The reason I had written this - was my tubing the next day after putting the infusion set in (my 2nd arm installation - yes - I'm no longer a virgin) - had a very very weak pinkish tinge to it - though I couldn't tell if it was inside (from rubbing on a red top - which I hadn't) or from a broken blood vessel when putting the set in. The funny thing is - it was not at the infusion site where the needle was inserted - but further past where the detachment area is on the tubing (managed to luck in on finding a 31" tubing from the Comfort sets I used to use in the beginning). The longer tubing is much better so I can also clip the pump onto my usual waistband of my pants - before that - it was impossible unless I had no long neck/torso. Having that extra 10" really makes a difference (oh this sounds like a Long John Silver movie). And yes, for those dudes out there - who asked the question - where does the pump go - check my previous blog.
Many comments on my post at the Facebook group page of Insulin Pumpers gave varied responses to my plea of "help"! Due to being self taught on the insulin pump - and not having an endo or diabetes team I can go to for help - in person - I've had to be my own human guinea pig in many things I do - of course - along with the bible from John Walsh - Pumping Insulin (5th edition was released last year) and various other books I've recommended over the years here at Diabetes1.org.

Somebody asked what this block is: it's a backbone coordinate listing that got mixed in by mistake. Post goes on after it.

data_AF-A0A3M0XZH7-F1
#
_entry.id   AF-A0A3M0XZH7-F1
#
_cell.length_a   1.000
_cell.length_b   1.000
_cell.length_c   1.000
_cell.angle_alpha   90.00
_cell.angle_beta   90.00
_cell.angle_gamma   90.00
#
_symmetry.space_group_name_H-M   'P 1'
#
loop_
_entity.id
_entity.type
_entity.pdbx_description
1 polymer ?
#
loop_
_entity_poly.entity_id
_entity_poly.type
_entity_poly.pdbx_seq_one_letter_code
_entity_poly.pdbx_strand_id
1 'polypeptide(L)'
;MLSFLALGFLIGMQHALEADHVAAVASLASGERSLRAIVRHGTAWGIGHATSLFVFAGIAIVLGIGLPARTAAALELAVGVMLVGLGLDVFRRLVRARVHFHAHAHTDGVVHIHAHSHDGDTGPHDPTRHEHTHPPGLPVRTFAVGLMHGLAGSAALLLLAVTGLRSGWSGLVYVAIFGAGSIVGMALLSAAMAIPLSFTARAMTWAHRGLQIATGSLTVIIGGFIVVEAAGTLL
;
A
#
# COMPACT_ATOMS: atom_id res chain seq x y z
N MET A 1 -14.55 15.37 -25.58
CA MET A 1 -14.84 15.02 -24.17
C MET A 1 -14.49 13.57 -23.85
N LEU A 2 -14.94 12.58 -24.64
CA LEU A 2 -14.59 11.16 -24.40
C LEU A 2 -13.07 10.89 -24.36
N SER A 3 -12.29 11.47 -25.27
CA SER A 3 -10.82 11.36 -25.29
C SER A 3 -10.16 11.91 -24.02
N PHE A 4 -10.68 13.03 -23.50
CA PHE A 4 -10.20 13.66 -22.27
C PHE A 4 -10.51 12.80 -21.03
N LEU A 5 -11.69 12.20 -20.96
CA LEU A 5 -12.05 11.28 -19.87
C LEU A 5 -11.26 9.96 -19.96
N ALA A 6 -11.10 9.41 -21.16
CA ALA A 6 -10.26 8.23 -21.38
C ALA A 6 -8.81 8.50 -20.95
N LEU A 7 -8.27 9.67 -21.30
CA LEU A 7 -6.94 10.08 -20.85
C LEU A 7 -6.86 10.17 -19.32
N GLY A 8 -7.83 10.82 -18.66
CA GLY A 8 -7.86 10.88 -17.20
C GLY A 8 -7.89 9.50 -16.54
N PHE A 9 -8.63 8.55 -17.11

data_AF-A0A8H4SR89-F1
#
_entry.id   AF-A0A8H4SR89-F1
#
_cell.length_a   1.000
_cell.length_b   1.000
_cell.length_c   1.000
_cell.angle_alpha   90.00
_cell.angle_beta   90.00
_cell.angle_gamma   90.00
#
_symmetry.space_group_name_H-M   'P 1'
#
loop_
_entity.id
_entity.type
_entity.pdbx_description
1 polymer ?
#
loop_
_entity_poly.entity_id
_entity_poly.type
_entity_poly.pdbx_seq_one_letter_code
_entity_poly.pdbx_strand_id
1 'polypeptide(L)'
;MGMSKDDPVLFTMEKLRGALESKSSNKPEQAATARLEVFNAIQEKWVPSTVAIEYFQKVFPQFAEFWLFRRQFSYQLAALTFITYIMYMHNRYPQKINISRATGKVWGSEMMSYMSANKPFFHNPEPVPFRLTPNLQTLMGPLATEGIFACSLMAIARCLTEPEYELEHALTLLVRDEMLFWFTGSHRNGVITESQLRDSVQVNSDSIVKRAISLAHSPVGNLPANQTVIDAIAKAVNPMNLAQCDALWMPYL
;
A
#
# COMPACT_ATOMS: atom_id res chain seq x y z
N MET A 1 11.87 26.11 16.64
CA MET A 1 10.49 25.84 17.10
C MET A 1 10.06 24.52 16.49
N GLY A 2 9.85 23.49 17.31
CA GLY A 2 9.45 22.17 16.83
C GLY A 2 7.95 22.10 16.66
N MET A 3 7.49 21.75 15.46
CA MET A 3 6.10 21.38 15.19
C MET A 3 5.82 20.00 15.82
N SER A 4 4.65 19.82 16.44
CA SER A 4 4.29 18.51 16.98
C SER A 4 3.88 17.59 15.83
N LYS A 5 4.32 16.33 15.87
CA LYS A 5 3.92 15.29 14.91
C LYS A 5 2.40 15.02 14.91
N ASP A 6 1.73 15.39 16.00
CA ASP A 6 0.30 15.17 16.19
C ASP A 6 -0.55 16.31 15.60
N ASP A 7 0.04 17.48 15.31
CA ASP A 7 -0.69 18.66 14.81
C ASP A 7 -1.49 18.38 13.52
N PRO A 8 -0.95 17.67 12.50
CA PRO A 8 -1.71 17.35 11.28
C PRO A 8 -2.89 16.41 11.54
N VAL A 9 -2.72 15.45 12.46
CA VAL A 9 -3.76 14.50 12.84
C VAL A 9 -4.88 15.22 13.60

So, here I was prepared - armed with my medical kit - pads & tape to soak up this potential pouring of blood when I remove my infusion set. I actually thought I was having a low blood sugar at the time, except I wasn't. I thought I should pop one of my Ativan aka "happy pills" I was given earlier in the year by my GP when I went away on my 2 week sailing holiday - but resisted the urge due to my fear of becoming dependent on them (insulin is ENOUGH thank you very much). My GP was a smart cookie - as she only gave me 20 - and I still have 9 left six months later.